My sister is more of an inspiration than she knows. Passionate, loyal, devoted and funny, she has been my bedrock over the past twelve months, and no more so than on an issue that has plagued our family for years, handed down the generations like brown eyes, snooker chin* and a tendency to bronchial lungs.


Oh yes, our stop-eating switches are faulty and our emotional make up means we’ll reach for a cake when we’re angry or upset rather than deal with that is upsetting us. Or we did, until she decided enough was enough and over the past year has rid herself of 3 stone of baggage.

Yes, I know: THREE STONES! That’s 42 pounds no longer weighing her down, and she looks amazing on it.

Families being what they are (ours, at least), that doesn’t take place within the unit without the ripple effect kicking in. So now, in an effort to make this year the year I get my shit together and behave like the bloody adult I’m supposed to be, I’ve also joined her. And it’s scary. And I miss cheese.

And sometimes those damned hot cross buns just won’t leave a person alone.

attack of the hot cross buns

*snooker chin: a chin dimple that my dad says is just right for using as a snooker cue steady. Ironically, I really suck at snooker.

Reading in Spots

Last Saturday was National Libraries Day which I celebrated by visiting my local library (where, rather shockingly, there were no signs about it), tweeting about it and getting righteously angry about it at a game of scrabble in the evening. On the scale of world-changing actions, mine came somewhere between the “read an article and was mildly outraged” and “signed a petition”. But at least I set in foot in there, walking past the man plucking loose clumps of hair out of his dog’s coat and the girls surrounding their mum wanting to know when they would be old enough to read American Gods. She clutched her 50 Shades rip-off closer to her chest and shuddered.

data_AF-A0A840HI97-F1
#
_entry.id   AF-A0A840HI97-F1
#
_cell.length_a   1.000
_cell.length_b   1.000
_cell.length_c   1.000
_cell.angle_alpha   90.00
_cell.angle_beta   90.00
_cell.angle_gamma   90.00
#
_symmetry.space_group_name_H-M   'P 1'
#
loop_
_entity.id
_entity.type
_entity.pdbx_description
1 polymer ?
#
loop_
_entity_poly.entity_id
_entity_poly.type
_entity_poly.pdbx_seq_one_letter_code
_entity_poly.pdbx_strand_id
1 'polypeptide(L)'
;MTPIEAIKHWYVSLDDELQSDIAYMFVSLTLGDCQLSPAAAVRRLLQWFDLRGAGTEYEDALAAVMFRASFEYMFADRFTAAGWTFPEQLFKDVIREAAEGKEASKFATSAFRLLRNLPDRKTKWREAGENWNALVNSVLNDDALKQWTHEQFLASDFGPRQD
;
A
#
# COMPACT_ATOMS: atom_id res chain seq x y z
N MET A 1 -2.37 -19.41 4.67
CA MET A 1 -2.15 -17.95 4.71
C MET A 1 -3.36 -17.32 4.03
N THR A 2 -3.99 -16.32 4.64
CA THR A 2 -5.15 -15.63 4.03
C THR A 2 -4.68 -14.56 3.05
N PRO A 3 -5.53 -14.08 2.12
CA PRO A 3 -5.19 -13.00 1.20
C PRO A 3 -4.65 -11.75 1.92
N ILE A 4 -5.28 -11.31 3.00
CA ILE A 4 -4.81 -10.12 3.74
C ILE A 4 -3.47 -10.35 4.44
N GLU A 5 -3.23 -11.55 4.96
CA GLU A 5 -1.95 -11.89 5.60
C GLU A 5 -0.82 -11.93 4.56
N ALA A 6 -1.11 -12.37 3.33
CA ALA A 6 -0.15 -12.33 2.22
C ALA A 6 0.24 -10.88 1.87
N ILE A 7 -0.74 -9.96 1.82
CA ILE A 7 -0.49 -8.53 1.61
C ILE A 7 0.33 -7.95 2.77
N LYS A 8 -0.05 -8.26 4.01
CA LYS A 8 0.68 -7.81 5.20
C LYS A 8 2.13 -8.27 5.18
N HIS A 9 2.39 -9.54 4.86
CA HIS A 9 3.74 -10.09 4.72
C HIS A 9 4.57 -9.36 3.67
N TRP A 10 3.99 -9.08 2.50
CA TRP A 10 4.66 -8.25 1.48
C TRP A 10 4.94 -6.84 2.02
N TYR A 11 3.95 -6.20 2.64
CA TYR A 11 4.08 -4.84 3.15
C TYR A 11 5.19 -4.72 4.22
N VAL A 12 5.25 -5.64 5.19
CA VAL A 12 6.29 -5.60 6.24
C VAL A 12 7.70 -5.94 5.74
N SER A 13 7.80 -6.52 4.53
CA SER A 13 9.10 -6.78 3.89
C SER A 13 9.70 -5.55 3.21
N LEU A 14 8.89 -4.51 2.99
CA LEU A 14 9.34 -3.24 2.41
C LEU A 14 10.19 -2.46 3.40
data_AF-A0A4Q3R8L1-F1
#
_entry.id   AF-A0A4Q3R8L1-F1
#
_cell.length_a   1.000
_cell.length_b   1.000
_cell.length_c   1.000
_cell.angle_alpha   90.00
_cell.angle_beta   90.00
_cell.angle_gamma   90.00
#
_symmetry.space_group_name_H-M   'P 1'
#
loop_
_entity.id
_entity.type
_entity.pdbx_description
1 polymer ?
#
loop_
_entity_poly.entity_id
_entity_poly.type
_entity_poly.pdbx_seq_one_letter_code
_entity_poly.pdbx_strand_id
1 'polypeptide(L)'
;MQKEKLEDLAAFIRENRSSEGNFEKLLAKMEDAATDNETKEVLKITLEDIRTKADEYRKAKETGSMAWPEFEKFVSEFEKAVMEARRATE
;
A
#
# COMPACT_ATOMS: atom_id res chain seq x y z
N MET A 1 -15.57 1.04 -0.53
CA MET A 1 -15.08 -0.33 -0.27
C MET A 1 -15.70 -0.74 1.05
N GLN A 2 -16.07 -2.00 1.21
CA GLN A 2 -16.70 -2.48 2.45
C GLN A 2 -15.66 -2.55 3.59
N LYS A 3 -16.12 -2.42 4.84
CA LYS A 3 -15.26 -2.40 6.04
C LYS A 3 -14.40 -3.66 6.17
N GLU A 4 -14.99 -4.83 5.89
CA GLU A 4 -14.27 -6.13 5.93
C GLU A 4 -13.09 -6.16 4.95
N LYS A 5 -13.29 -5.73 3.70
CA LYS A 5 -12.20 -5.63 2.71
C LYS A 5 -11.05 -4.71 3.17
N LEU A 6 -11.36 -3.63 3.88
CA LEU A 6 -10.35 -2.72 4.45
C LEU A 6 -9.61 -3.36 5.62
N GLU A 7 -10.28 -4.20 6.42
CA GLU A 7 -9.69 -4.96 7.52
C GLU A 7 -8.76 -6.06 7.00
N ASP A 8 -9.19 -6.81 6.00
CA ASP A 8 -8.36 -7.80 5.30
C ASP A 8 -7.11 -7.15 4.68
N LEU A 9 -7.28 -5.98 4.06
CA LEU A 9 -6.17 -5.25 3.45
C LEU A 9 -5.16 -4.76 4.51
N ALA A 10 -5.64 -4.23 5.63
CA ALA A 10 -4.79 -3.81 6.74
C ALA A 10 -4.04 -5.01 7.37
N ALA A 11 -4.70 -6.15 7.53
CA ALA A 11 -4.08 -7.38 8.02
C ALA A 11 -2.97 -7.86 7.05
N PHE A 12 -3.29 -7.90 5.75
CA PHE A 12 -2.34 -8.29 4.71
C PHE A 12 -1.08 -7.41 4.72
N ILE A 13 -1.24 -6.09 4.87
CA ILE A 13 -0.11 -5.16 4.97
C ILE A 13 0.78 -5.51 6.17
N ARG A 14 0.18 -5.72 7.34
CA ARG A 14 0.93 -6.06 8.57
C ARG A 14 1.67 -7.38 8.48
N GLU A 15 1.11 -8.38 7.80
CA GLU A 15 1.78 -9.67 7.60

Half an hour of browsing and six book choices later, I was heading back for home and my current favourite reading spot. My big blue armchair. This has a comfortingly deep seat that cradles me as I read, a handy blanket on the back for when my feet get chilly and is near enough to the radiator to keep it warm. There’s also a table next to it for my mugs of tea, phone and pile of books. It has become ‘my spot’. Dog used to rest next to it, his head on my feet and the arms are wide enough to take a sprawled cat or two. A turn of my head and I can see outside to where the starlings are gathering and shouting in the tree.

I’ve had favourite reading spots in all my houses. When I was very small and the airing cupboard was just outside my room, I’d climb up into it with book, blanket and torch, closing the sliding door behind me so my sister didn’t know where I was and hide away with nothing but oceans of words and a pile of clean laundry to drift away on. Wind in the Willows, the Worst Witch, Wolves of Willoughby Chase and One Hundred and One Dalmatians are forever linked with the smell of Lenor fabric cleaner and the distant sound of my little sister saying “I can’t find her!”

In the last of the parental homes, it was nestled in the corner of my bedroom where the radiator was. Piled with pillows and in a suntrap, it was warm and comfortable. The family dog kept me company, his whimpering dreaming occasionally farting self the only noise beyond the turning of pages. It’s here I read Wuthering Heights, Animal Farm, Ruth Rendells and my first ever Jackie Collins, emerging hours later with popping eyes, blown mind and a desire to wander about wind-battered moors.

Bed has always been a good place to read. Under the covers with a torch when young, sat up against the pillows with tea when older. Although these days, I have to sit up to read: lying down runs the risk of falling asleep and then clouting myself one with a falling tome. Baths too. There is nothing finer than a long hot bath with a damn good book and a glass of wine, the bubbles creaking as you settle against them. Cross-legged on the sofa, or in the open boot of the car during days out. Stood in the kitchen, absent-mindedly stirring pots of dinner with one hand, or perched on the chair in my bedroom, pile of washing temporarily forgotten by my feet as I just have to finish this chapter.

That this knowledge, this endless, continually growing sea of words and information is free (or cheap), is a wondrous thing that crosses social boundaries, breaks down barriers and makes our lives more than a little richer with every visit.